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lachoy (1663)

lachoy
  chris.winters@gmail.com
http://www.cwinters.com/

I am actually Chris Winters; I am actually living in Pittsburgh, Pennsylvania, USA; I am actually married and have three cats. (Guess what one of them is named?) I am the "OpenInteract" guy, which could be good or bad.

Journal of lachoy (1663)

Wednesday February 16, 2005
12:52 PM

Shuffling between Java and Perl: Testing libraries

[ #23217 ]
I code Java for work during the day, Perl for fun during my spare time (Sometimes I get to use Perl during the day as well, but not as a rule.) People who first get into a language with very different naming/formatting rules can complain angrily about them -- every once in a while there's a post bitching about Java syntax in Perlmonks. And try googling for people hating Perl syntax...

Some people get stuck on the sigils, camel-case vs. underscores, dot vs. arrow, etc. It's just syntax, and you do it for long enough you get used to it.[1] (And if you can't get used to it, maybe you should find another profession.) If I've been doing a lot of one vs the other for an unbroken stretch it may take my brain 15 seconds to adjust. Big deal.

However, one thing my little brain keeps tripping over is a seemingly inocuous difference in arguments used in standard testing libraries. Both the libraries have a set of simple assertions but they order the arguments to those assertions completely differently.

So in Perl we have Test::More which has a set of assertions organized like this:

assertion-type( $actual, $expected, [ $optional_msg ] );

Your test might look like:

use strict;
use Test::More tests => 2;

<p>my $name = 'Frobozz';
is( $name, 'frobozz' );
like( $name, qr/boz$/, 'Wizard name matches pattern' );

When the tests fail you'll see:

not ok 1
#     Failed test (sample.t at line 5)
#          got: 'Frobozz'
#     expected: 'frobozz'
not ok 2 - Wizard name matches pattern
#     Failed test (sample.t at line 6)
#                   'Frobozz'
#     doesn't match '(?-xism:boz$)'
# Looks like you failed 2 tests of 2.

Onto Java. JUnit is the standard Java testing library. Its asssertions look like this:

  assertEquals( expected, actual );
  assertEquals( optionalMessage, expected, actual );

The Java implementation of the above Perl test might look like this:

import java.util.regex.Matcher;
import java.util.regex.Pattern;
import junit.framework.TestCase;
import junit.textui.TestRunner;

public class SampleTest extends TestCase {
    private String name;

    public void testWizardMatch() {
        assertEquals( "frobozz", name );
    }

    public void testWizardPattern() {
        Matcher m = Pattern.compile( "boz$" ).matcher( name );
        assertTrue( m.find() );
    }

    protected void setUp() {
        name = "Frobozz";
    }

    public static void main( String[] args ) {
        TestRunner.run( SampleTest.class );
    }
}

(In practice I'd put both name checks in the same method, but I wanted to be able to show failures for both.)

And when those assertions fail you'll see:

.F.F
Time: 0.01
There were 2 failures:
1) testWizardMatch(SampleTest)junit.framework.ComparisonFailure: expected:<f...> but was:<F...>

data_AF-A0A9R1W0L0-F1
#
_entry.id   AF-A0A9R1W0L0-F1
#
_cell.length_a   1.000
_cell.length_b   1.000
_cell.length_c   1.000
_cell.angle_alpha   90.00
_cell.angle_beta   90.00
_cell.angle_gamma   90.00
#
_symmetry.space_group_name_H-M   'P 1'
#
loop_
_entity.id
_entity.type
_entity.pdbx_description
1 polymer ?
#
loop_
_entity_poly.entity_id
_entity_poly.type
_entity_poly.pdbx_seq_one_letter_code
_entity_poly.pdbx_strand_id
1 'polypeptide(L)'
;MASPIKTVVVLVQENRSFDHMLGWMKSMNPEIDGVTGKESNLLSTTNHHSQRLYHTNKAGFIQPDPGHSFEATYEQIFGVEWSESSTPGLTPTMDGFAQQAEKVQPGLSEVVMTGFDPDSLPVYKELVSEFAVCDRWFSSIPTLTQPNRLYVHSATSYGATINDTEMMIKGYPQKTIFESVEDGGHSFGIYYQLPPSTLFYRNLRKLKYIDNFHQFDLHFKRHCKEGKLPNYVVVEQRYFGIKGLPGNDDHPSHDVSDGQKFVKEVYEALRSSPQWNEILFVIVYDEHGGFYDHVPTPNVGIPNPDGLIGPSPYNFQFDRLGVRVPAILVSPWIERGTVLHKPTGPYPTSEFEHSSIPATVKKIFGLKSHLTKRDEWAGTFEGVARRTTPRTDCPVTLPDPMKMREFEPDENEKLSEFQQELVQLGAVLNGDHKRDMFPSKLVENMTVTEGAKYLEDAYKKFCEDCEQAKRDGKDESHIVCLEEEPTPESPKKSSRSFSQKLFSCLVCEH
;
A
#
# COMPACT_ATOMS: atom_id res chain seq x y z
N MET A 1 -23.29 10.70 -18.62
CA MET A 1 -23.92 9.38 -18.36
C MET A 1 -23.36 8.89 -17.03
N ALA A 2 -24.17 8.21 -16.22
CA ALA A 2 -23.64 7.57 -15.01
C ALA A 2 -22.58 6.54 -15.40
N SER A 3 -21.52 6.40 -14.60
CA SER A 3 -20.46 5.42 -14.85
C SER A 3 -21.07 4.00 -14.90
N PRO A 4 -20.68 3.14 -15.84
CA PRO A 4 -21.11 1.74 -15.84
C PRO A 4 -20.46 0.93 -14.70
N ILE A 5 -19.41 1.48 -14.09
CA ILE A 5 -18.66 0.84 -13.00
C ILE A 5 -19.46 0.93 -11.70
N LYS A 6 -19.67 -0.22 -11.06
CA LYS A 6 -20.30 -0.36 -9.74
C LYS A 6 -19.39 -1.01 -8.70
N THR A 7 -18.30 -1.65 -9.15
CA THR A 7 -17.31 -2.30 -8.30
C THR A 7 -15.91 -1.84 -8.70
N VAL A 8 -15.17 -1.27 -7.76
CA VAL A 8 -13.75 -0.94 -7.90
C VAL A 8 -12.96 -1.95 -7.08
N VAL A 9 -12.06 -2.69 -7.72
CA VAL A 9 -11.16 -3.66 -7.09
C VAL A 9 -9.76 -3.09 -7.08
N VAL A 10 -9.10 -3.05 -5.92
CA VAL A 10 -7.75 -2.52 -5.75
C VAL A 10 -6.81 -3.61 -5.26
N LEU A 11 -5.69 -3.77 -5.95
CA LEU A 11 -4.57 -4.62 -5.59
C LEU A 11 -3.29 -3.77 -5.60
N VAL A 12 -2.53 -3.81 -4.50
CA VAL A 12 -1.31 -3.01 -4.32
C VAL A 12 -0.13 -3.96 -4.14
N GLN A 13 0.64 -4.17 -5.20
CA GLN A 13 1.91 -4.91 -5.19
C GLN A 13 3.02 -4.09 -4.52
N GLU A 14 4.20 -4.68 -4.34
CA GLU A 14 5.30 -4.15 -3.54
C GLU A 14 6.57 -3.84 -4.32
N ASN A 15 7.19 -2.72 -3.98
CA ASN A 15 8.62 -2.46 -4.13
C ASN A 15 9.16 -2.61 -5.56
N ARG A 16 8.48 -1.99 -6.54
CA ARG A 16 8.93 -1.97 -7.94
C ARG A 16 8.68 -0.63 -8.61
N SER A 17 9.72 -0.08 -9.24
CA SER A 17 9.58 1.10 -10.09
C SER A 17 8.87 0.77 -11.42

at SampleTest.testWizardMatch(SampleTest.java:10)
        at sun.reflect.NativeMethodAccessorImpl.invoke0(Native Method)
        at sun.reflect.NativeMethodAccessorImpl.invoke(NativeMethodAccessorImpl.java:39)
        at sun.reflect.DelegatingMethodAccessorImpl.invoke(DelegatingMethodAccessorImpl.jav a:25)
        at SampleTest.main(SampleTest.java:23)
2) testWizardPattern(SampleTest)junit.framework.AssertionFailedError
        at SampleTest.testWizardPattern(SampleTest.java:15)
        at sun.reflect.NativeMethodAccessorImpl.invoke0(Native Method)
        at sun.reflect.NativeMethodAccessorImpl.invoke(NativeMethodAccessorImpl.java:39)
        at sun.reflect.DelegatingMethodAccessorImpl.invoke(DelegatingMethodAccessorImpl.jav a:25)
        at SampleTest.main(SampleTest.java:23)

<p>FAILURES!!!
Tests run: 2,  Failures: 2,  Errors: 0

(Discussion of which error message is more helpful or can be more easily duplicated to run in a standard test harness is reserved until later, as is a rant about the paucity of assertions in JUnit...)

Part of the reason is built into the language -- because perl routines can take a variable number of arguments you typically put them at the end so you can do:

sub my_routine {
    my ( $required_foo, $required_bar, $optional_msg ) = @_;
    $optional_msg ||= 'some default value';
}

Since Java has overloading this is less common, although I do think it's weird to have optional arguments at the front of an overloaded method. (But some OO overlords wrote this, so it must be good. I kid because I love, really.)

The sneaky part is that when you mixup the 'expected' and 'actual' order, everything will still work! The only way you know is from the assertion's failure message and, assuming you have not been doing TDD and getting frequent assertion failures, you've probably written a while bunch of assertions using the wrong order when you finally do hit a failure. Doh!

[1] That said, if you're going against the standard conventions in a language you'd better have a damned good reason, especially if those conventions are well-documented. I'm looking at you, CPAN modules that use camel-case!

Posted from cwinters.com; read original

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